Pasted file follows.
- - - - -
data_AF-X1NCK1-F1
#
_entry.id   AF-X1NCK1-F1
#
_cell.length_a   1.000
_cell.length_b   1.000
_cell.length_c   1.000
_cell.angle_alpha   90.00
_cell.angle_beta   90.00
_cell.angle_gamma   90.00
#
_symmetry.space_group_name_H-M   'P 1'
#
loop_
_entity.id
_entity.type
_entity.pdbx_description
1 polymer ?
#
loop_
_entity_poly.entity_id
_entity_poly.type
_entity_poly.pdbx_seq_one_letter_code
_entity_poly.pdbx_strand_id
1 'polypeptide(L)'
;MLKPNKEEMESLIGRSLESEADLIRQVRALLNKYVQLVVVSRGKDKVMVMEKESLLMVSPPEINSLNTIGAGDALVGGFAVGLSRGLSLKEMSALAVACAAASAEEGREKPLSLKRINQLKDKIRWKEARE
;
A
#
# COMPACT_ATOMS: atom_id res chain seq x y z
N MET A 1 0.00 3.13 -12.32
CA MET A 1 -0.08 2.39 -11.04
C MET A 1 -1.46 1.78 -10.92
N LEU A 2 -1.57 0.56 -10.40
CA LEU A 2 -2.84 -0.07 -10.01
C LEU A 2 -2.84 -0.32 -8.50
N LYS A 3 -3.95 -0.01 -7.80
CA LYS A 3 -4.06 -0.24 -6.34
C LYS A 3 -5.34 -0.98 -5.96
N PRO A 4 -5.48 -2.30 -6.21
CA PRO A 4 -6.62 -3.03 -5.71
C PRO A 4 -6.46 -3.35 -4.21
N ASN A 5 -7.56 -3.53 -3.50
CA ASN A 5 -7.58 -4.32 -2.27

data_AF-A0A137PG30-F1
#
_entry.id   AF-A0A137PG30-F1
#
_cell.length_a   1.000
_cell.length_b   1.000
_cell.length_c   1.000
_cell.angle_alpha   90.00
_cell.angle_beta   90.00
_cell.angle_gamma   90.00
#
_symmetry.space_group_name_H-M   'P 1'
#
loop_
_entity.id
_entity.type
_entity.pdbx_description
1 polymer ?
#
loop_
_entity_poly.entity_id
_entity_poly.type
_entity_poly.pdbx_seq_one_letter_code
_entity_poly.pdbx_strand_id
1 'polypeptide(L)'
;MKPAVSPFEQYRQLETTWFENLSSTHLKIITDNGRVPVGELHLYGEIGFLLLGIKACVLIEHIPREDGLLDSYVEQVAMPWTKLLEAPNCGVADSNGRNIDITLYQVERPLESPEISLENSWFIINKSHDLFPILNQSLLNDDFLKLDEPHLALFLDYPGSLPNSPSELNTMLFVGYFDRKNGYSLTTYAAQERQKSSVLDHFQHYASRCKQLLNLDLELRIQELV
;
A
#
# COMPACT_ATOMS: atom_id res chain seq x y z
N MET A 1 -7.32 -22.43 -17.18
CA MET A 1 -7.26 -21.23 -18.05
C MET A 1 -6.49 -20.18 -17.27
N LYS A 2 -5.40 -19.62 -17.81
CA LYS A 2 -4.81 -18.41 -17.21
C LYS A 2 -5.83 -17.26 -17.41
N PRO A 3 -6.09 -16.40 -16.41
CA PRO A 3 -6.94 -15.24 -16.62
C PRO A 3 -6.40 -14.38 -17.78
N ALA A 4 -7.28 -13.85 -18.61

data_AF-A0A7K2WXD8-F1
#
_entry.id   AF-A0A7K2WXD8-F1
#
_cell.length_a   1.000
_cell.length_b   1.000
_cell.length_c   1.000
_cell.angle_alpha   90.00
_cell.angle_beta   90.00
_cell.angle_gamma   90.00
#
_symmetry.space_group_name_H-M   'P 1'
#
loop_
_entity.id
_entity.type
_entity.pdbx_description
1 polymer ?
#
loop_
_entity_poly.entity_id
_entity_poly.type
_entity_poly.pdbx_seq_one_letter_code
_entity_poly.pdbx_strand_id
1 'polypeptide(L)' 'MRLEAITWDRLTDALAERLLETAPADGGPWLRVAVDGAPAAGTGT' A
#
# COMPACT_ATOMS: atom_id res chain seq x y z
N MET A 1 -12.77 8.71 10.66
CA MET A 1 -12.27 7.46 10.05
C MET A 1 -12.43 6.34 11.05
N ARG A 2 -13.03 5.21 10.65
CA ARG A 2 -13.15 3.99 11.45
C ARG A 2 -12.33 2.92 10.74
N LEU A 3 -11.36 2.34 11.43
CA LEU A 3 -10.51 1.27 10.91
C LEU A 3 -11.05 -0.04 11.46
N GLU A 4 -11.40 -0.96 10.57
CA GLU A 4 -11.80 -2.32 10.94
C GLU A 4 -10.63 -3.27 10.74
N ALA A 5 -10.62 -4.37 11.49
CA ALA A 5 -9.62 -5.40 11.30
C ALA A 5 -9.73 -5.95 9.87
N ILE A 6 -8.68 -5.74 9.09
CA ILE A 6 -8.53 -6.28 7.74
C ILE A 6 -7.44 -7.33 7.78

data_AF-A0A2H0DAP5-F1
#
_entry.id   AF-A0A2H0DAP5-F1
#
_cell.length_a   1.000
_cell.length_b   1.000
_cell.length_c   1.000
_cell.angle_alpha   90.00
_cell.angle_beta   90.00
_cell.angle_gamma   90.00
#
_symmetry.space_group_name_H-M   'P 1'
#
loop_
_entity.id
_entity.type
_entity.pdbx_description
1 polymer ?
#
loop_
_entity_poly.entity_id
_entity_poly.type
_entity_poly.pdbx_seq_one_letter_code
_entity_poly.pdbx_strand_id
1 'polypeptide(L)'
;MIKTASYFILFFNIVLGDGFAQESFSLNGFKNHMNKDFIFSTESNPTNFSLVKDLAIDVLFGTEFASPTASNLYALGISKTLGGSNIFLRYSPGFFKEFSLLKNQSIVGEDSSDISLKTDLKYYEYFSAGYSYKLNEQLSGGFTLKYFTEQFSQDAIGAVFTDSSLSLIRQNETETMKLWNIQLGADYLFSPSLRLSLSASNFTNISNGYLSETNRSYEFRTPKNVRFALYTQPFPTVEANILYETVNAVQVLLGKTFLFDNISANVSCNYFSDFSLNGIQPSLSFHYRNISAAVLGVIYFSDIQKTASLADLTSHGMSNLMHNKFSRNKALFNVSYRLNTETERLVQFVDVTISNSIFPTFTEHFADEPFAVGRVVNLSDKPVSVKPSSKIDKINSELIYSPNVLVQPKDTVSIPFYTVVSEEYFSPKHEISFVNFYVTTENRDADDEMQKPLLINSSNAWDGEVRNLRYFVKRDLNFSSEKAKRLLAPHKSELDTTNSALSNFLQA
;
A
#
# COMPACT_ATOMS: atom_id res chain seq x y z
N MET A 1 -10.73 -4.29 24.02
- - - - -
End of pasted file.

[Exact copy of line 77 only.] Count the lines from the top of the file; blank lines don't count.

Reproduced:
C MET A 1 -6.49 -20.18 -17.27